'The Sun' is responsible for almost all the 'Hippie' resources you discussed, and is technically a reaction process that will one day cease. This cessation however, is not predicted for approximately nine Billion years. What you failed to mention is that quite some time before cessation (oh, about 4.5 billion years from now) the sun will form what is known as a red giant, expanding rapidly and engulfing our planet in quite a spectacular incineration or flames and brimstone.
    What we have here is a checkmate, an Earth that will be engulfed in flame and a humanity that refuses to see our dwindling resources issue. Luckily for us, this humanity will likely never make it to that catastrophic point. You see, the Earth has a way of killing off species that don't with to self regulate.
    Animals over-consume their food supply, their population is culled through starvation.
    Humans mine the planet with no thought of what is to come after they run out, they die off. Humanity MUST change and must prevent our own demise.
    It's not about saving the Earth, it's about saving ourselves.
    It is not a 'Hippie' attitude to think that a finite resource will one day run out; it's an Engineer's attitude.
    What do we do to prevent economic catastrophe and social disorder when it does run out or becomes economically non-viable to mine?
    Note: I'm a mining engineer specialising in coking coal. My job is to estimate resource volume, qualities (vols, sulph, ash, etc.), approximate feasibility and financial benefit of implementing a mining plan and estimate the point the coal resource will become inadequate in spec or uneconomical based on a variety of factors ($ value, cost to move burden, labour costs, maintenance etc.).
    Tom

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    Replies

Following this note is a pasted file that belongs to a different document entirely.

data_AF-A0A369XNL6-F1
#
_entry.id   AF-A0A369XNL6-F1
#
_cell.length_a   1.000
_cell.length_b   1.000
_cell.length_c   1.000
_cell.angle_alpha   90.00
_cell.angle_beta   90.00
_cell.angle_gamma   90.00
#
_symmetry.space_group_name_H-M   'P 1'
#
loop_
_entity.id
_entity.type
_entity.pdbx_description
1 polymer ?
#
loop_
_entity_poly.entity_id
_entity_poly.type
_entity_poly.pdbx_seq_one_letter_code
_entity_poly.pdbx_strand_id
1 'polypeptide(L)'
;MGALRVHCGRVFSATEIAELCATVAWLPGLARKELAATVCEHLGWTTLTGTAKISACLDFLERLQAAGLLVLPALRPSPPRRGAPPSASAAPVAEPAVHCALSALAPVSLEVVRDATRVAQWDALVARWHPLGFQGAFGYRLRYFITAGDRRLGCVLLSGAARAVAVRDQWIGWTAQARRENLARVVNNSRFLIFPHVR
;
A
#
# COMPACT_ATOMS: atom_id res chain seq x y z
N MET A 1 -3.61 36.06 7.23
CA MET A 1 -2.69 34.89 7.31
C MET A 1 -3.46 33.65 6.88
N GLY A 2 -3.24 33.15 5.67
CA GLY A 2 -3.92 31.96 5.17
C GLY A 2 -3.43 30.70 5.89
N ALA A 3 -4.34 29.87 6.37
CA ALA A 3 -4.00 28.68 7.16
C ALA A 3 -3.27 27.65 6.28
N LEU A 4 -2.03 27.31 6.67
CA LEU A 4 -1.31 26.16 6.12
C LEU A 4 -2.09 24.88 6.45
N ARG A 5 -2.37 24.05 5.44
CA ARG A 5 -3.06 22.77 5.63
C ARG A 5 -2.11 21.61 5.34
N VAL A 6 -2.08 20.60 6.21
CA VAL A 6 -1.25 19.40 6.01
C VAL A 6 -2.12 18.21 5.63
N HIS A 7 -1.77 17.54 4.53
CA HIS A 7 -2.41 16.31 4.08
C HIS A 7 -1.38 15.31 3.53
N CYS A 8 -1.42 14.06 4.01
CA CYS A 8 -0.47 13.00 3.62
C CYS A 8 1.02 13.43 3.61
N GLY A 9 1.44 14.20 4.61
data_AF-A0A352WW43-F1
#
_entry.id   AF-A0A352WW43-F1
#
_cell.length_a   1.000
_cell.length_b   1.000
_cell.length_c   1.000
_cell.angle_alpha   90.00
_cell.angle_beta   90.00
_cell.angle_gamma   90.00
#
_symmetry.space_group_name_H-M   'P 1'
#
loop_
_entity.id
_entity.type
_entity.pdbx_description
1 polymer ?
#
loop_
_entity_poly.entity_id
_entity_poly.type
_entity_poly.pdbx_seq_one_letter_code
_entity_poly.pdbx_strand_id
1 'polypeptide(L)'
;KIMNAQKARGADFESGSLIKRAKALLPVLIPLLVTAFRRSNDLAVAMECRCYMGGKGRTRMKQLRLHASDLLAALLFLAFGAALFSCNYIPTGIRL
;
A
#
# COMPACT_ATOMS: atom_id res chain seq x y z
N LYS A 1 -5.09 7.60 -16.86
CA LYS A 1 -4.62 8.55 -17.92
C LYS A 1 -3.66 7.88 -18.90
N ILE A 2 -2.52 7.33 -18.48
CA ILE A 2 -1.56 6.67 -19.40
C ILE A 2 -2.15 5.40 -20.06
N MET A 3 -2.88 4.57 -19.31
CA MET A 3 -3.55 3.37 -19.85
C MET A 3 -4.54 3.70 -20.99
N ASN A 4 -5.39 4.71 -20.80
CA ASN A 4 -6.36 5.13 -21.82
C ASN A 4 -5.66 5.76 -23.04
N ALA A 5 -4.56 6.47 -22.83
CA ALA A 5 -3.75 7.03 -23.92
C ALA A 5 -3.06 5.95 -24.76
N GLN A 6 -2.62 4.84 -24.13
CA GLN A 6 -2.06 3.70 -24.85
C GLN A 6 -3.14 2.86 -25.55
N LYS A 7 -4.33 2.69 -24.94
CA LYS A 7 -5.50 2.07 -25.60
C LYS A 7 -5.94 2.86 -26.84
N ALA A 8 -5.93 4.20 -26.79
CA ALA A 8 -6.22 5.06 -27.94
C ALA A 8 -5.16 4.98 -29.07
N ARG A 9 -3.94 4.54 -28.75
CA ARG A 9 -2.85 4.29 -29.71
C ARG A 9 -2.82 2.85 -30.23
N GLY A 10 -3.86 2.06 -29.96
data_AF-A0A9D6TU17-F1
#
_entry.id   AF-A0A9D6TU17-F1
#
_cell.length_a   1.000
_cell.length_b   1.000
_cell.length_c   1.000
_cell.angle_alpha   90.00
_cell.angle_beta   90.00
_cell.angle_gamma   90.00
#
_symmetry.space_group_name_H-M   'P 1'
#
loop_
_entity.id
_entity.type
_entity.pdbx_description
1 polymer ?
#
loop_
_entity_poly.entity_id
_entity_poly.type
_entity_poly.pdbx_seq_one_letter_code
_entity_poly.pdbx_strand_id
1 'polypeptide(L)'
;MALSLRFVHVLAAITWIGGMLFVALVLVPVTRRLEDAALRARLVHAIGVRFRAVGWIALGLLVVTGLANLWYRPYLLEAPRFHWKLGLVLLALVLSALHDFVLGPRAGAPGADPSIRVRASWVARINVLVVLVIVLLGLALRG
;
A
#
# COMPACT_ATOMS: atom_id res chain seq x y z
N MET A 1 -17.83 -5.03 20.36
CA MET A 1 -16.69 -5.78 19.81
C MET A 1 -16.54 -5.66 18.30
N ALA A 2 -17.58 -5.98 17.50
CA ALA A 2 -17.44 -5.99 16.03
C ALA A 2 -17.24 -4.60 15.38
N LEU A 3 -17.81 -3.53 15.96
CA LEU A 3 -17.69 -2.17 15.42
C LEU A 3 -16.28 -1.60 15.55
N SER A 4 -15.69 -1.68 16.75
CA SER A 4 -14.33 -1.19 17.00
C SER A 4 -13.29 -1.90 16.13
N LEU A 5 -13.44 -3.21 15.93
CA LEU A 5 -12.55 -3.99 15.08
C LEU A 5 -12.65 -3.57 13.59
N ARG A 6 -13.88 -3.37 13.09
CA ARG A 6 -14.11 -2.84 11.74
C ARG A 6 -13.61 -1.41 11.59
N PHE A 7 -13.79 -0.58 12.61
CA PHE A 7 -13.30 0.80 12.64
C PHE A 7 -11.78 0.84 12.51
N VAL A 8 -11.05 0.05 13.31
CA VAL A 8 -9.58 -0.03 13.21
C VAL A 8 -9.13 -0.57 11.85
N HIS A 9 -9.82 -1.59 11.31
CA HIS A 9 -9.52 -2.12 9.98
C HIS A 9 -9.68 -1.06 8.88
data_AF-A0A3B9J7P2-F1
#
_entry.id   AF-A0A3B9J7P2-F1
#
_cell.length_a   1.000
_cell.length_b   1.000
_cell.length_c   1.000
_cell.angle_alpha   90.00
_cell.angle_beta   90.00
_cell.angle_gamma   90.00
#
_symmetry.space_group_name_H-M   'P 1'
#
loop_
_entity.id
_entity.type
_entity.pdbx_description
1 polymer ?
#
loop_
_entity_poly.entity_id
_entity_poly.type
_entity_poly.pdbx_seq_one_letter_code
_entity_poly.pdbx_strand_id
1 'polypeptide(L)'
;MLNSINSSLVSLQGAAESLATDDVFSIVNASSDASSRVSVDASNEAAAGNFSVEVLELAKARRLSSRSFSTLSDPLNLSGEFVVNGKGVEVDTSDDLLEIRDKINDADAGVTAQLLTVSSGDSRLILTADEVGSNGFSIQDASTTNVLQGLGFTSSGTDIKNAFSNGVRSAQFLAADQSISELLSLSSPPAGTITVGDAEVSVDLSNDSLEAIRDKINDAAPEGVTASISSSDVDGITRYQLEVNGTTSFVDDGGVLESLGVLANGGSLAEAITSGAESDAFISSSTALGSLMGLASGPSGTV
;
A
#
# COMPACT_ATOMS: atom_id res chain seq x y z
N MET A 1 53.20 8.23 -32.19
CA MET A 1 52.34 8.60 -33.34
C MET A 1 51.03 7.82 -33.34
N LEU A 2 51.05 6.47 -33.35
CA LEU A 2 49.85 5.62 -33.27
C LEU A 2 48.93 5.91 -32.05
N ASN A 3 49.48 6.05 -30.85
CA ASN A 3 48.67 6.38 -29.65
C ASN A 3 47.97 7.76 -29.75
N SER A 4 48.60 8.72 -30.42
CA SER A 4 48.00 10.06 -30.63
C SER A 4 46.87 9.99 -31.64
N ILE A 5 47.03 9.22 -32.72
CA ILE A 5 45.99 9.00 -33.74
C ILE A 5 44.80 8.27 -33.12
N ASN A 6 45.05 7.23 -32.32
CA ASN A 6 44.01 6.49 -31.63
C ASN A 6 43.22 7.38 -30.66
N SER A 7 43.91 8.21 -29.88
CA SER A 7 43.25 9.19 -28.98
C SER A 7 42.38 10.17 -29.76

1. Tom,
      Thanks for taking the time to comment on my post. I really appreciate the fact that you took the time to read it.

      In response to your classification of ‘renewable resources’ I think we have to include fossil fuels in the same group as the sun. They will eventually run out but that day is so far in the future as to not be a concern. I don’t mean that we aren’t consuming fossil fuels in large quantities or that estimates of global reserves are inaccurate but that the global reserves change with commodity price.

      As a mine engineer you know that ‘ore’ is classified as a mineral that can be extracted at a profit. If it doesn’t turn a profit, it isn’t ore. The flip side of this is that if the price of your mineral goes up, more of the low grade stuff can be extracted at a profit. This is exactly what is happening with fossil fuels. For a long time crude oil prices were static at about twenty dollars a barrel. Today they are over one hundred dollars a barrel. Can you extract deeper, lower grade oil for $100 a barrel? You bet you can.

      I also have a problem with the hysteria our society has over wanting to use ‘renewable resources’ right now. Someday in the future, fossil fuels will be prohibitively expensive to extract (we’re never going to get it all, it’s just going to be too expensive to mine), when this day arrives, solar and wind power will become economically viable power sources. This will happen even if the price to produce them doesn’t decrease and if the efficiency of capturing them doesn’t increase.

      That day is not today! We don’t need to spend billions of dollars on companies like Solyndra to make these power sources economically viable today. I believe that smart, hard-working, entrepreneurial people will make alternatives to fossil fuels work for us when the free market dictates that the price is right. If, in the future, we can’t figure out how to make solar or wind power work economically, we’ll all sit around in the dark and wait for the sun to explode.

      Thanks,
      Tony